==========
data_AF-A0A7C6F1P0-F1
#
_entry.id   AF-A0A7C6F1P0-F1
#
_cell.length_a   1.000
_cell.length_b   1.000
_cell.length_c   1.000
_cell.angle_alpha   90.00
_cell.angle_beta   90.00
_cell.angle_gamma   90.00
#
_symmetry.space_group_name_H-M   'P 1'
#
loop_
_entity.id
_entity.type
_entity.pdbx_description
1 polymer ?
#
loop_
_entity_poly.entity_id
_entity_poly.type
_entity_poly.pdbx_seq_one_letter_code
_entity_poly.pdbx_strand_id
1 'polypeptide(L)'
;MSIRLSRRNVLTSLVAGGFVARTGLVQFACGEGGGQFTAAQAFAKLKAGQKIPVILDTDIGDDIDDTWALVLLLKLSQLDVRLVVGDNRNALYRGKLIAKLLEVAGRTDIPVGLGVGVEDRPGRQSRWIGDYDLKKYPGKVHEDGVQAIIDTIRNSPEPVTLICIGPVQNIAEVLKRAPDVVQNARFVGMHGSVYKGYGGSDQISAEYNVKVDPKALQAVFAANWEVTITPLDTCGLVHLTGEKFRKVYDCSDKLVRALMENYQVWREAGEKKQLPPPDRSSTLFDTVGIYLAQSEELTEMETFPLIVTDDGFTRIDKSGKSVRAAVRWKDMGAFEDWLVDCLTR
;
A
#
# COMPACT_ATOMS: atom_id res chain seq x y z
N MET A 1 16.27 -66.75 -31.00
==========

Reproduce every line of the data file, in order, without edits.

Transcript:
data_AF-A0A7C6F1P0-F1
#
_entry.id   AF-A0A7C6F1P0-F1
#
_cell.length_a   1.000
_cell.length_b   1.000
_cell.length_c   1.000
_cell.angle_alpha   90.00
_cell.angle_beta   90.00
_cell.angle_gamma   90.00
#
_symmetry.space_group_name_H-M   'P 1'
#
loop_
_entity.id
_entity.type
_entity.pdbx_description
1 polymer ?
#
loop_
_entity_poly.entity_id
_entity_poly.type
_entity_poly.pdbx_seq_one_letter_code
_entity_poly.pdbx_strand_id
1 'polypeptide(L)'
;MSIRLSRRNVLTSLVAGGFVARTGLVQFACGEGGGQFTAAQAFAKLKAGQKIPVILDTDIGDDIDDTWALVLLLKLSQLDVRLVVGDNRNALYRGKLIAKLLEVAGRTDIPVGLGVGVEDRPGRQSRWIGDYDLKKYPGKVHEDGVQAIIDTIRNSPEPVTLICIGPVQNIAEVLKRAPDVVQNARFVGMHGSVYKGYGGSDQISAEYNVKVDPKALQAVFAANWEVTITPLDTCGLVHLTGEKFRKVYDCSDKLVRALMENYQVWREAGEKKQLPPPDRSSTLFDTVGIYLAQSEELTEMETFPLIVTDDGFTRIDKSGKSVRAAVRWKDMGAFEDWLVDCLTR
;
A
#
# COMPACT_ATOMS: atom_id res chain seq x y z
N MET A 1 16.27 -66.75 -31.00